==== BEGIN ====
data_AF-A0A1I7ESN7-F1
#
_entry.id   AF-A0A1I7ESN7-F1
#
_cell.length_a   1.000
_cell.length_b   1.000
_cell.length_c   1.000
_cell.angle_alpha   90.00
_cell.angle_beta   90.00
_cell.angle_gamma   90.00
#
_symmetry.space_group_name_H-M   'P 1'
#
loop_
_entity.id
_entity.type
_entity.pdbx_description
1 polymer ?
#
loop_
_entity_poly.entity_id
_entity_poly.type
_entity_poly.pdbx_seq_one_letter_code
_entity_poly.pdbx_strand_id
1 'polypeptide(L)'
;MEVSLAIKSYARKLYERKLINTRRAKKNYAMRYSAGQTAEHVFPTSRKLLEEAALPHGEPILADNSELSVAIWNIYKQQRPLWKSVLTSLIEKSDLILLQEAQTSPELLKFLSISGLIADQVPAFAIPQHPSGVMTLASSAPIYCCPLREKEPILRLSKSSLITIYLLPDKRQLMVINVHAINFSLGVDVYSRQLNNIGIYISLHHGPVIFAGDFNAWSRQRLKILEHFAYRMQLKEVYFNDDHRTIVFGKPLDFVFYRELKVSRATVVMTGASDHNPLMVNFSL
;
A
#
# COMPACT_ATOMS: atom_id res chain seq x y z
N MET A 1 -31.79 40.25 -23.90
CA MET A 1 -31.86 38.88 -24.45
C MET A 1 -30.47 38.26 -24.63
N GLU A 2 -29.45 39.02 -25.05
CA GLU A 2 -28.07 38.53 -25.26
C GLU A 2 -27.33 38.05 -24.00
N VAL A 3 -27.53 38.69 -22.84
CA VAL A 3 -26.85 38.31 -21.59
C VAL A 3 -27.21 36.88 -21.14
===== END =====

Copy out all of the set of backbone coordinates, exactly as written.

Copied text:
data_AF-A0A1I7ESN7-F1
#
_entry.id   AF-A0A1I7ESN7-F1
#
_cell.length_a   1.000
_cell.length_b   1.000
_cell.length_c   1.000
_cell.angle_alpha   90.00
_cell.angle_beta   90.00
_cell.angle_gamma   90.00
#
_symmetry.space_group_name_H-M   'P 1'
#
loop_
_entity.id
_entity.type
_entity.pdbx_description
1 polymer ?
#
loop_
_entity_poly.entity_id
_entity_poly.type
_entity_poly.pdbx_seq_one_letter_code
_entity_poly.pdbx_strand_id
1 'polypeptide(L)'
;MEVSLAIKSYARKLYERKLINTRRAKKNYAMRYSAGQTAEHVFPTSRKLLEEAALPHGEPILADNSELSVAIWNIYKQQRPLWKSVLTSLIEKSDLILLQEAQTSPELLKFLSISGLIADQVPAFAIPQHPSGVMTLASSAPIYCCPLREKEPILRLSKSSLITIYLLPDKRQLMVINVHAINFSLGVDVYSRQLNNIGIYISLHHGPVIFAGDFNAWSRQRLKILEHFAYRMQLKEVYFNDDHRTIVFGKPLDFVFYRELKVSRATVVMTGASDHNPLMVNFSL
;
A
#
# COMPACT_ATOMS: atom_id res chain seq x y z
N MET A 1 -31.79 40.25 -23.90
CA MET A 1 -31.86 38.88 -24.45
C MET A 1 -30.47 38.26 -24.63
N GLU A 2 -29.45 39.02 -25.05
CA GLU A 2 -28.07 38.53 -25.26
C GLU A 2 -27.33 38.05 -24.00
N VAL A 3 -27.53 38.69 -22.84
CA VAL A 3 -26.85 38.31 -21.59
C VAL A 3 -27.21 36.88 -21.14